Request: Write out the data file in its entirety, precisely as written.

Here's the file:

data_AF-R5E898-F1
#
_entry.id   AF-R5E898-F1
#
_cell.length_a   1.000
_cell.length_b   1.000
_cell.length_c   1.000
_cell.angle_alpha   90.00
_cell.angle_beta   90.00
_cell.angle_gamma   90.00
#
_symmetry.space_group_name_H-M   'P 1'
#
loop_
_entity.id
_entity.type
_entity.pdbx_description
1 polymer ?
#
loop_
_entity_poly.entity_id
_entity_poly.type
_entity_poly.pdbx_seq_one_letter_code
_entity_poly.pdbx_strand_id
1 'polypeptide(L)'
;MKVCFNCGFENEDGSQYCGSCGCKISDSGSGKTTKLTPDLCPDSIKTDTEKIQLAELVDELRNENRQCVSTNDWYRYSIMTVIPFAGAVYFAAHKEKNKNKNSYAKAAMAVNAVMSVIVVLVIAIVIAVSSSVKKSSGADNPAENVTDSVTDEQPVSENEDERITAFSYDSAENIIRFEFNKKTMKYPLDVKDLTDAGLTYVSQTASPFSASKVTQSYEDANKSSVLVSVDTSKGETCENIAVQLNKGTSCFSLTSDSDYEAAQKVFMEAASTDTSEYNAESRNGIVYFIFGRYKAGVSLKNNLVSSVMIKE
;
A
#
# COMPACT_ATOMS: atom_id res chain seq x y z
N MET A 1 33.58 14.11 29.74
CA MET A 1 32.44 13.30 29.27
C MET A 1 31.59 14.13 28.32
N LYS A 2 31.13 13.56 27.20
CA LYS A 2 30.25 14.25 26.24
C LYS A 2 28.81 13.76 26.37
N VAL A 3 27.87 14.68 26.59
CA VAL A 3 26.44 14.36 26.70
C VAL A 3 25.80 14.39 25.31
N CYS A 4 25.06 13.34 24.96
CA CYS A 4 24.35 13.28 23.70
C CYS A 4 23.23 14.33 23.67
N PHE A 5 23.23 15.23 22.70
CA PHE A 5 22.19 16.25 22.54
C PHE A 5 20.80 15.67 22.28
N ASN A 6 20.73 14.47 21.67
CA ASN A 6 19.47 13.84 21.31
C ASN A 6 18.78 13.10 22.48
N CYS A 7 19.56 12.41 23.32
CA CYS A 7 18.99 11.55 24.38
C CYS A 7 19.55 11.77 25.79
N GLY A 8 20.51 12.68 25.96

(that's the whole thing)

data_AF-R5E898-F1
#
_entry.id   AF-R5E898-F1
#
_cell.length_a   1.000
_cell.length_b   1.000
_cell.length_c   1.000
_cell.angle_alpha   90.00
_cell.angle_beta   90.00
_cell.angle_gamma   90.00
#
_symmetry.space_group_name_H-M   'P 1'
#
loop_
_entity.id
_entity.type
_entity.pdbx_description
1 polymer ?
#
loop_
_entity_poly.entity_id
_entity_poly.type
_entity_poly.pdbx_seq_one_letter_code
_entity_poly.pdbx_strand_id
1 'polypeptide(L)'
;MKVCFNCGFENEDGSQYCGSCGCKISDSGSGKTTKLTPDLCPDSIKTDTEKIQLAELVDELRNENRQCVSTNDWYRYSIMTVIPFAGAVYFAAHKEKNKNKNSYAKAAMAVNAVMSVIVVLVIAIVIAVSSSVKKSSGADNPAENVTDSVTDEQPVSENEDERITAFSYDSAENIIRFEFNKKTMKYPLDVKDLTDAGLTYVSQTASPFSASKVTQSYEDANKSSVLVSVDTSKGETCENIAVQLNKGTSCFSLTSDSDYEAAQKVFMEAASTDTSEYNAESRNGIVYFIFGRYKAGVSLKNNLVSSVMIKE
;
A
#
# COMPACT_ATOMS: atom_id res chain seq x y z
N MET A 1 33.58 14.11 29.74
CA MET A 1 32.44 13.30 29.27
C MET A 1 31.59 14.13 28.32
N LYS A 2 31.13 13.56 27.20
CA LYS A 2 30.25 14.25 26.24
C LYS A 2 28.81 13.76 26.37
N VAL A 3 27.87 14.68 26.59
CA VAL A 3 26.44 14.36 26.70
C VAL A 3 25.80 14.39 25.31
N CYS A 4 25.06 13.34 24.96
CA CYS A 4 24.35 13.28 23.70
C CYS A 4 23.23 14.33 23.67
N PHE A 5 23.23 15.23 22.70
CA PHE A 5 22.19 16.25 22.54
C PHE A 5 20.80 15.67 22.28
N ASN A 6 20.73 14.47 21.67
CA ASN A 6 19.47 13.84 21.31
C ASN A 6 18.78 13.10 22.48
N CYS A 7 19.56 12.41 23.32
CA CYS A 7 18.99 11.55 24.38
C CYS A 7 19.55 11.77 25.79
N GLY A 8 20.51 12.68 25.96